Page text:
Our shul is looking for a new rabbi. After 40 years of robust, dedicated ministry, Rabbi Ron is retiring. We’re happy to see him planning new adventures in Jewish learning and spiritual growth. He has been a faithful servant of To-Whom-It-May-Concern, which is the jokey way we Reconstructionist Jews refer to the God in whom we don’t officially believe, but who called us to his service at Mount Sinai 3,000 years ago. We’re lucky we got Rabbi Ron. He had a choice to make between us and some shul in Colorado. He chose us because “here they know what Dijon mustard is” and because it isn’t that far from his home in upstate New York. Yes, of course American. The pickings for homegrown rabbis are pretty slim in Canada. Rabbi Ron was fresh out of rabbinical college when we hired him, all of 27, a knapsack on his back, and brimming with enthusiasm. I hosted a dinner for Ron at our home to mark the occasion. It was a jolly affair, but then, as everyone made to depart, Ron asked in some confusion, “So … am I hired?” We looked at each other in bewilderment. We had been so pleased about our decision, we had completely forgotten to inform him that he was officially ours. Most rabbis come to shuls already married. Ron was a bachelor but eager to find his beshert Ron and I had a good laugh about that for years. I was only a few years older than him, and we became fast friends. We first bonded over our mutual love for the offbeat late night comic TV soap opera, Mary Hartman, Mary Hartman, which starred Louise Lasser (Woody Allen’s first wife) as the eponymous neurotic, depressed housewife. It cracked us both up, and we’d lovingly retrace the best lines of the week at Kiddush after Shabbat services. Most rabbis come to shuls already married. Ron was a bachelor but eager to find his beshert (soul mate). You have to be a special kind of woman to want to be a........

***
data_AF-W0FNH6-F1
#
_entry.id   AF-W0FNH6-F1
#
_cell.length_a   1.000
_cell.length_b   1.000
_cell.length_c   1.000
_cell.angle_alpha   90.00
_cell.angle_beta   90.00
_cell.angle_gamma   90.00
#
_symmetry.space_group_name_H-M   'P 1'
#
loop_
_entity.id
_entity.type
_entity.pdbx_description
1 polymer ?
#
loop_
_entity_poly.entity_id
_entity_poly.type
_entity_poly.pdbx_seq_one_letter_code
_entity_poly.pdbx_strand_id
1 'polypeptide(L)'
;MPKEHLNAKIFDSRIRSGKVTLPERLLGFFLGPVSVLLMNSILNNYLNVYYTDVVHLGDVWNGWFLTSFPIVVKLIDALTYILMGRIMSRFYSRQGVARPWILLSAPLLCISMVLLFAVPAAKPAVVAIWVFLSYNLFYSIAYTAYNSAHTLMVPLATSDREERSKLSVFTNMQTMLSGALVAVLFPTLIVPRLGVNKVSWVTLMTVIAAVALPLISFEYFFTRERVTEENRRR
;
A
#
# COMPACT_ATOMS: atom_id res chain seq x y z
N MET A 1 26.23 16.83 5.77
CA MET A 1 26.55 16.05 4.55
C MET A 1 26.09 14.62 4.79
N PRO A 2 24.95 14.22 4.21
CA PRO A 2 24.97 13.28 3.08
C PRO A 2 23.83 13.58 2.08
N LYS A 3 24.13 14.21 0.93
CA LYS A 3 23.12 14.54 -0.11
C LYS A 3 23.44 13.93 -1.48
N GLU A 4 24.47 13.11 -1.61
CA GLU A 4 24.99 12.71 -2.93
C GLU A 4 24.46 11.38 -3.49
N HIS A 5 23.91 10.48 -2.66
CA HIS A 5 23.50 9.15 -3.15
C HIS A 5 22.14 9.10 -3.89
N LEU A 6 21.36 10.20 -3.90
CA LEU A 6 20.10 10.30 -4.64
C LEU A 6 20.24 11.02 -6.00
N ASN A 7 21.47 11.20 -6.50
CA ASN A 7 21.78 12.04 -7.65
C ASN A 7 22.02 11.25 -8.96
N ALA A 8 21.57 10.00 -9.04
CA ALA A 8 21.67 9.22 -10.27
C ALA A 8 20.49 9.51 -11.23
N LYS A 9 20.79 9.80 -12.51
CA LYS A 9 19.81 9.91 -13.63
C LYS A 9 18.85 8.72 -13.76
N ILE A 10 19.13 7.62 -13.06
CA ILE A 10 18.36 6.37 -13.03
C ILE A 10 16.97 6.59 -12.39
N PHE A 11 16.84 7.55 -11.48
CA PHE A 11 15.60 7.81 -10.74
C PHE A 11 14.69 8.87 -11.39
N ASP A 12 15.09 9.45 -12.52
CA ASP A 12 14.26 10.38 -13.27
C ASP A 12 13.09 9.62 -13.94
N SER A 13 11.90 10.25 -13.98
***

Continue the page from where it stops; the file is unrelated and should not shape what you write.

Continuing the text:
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BARBARA KAY RELEASES FIRST NOVEL, A QUEBEC-BASED MURDER MYSTERY


One of the most controversial writers in Canada, National Post columnist and acclaimed author Barbara Kay, makes her first foray into fiction with the release of “A Three Day Event,” a murder mystery underscored by sociopolitical tensions in a Quebec horse sport community.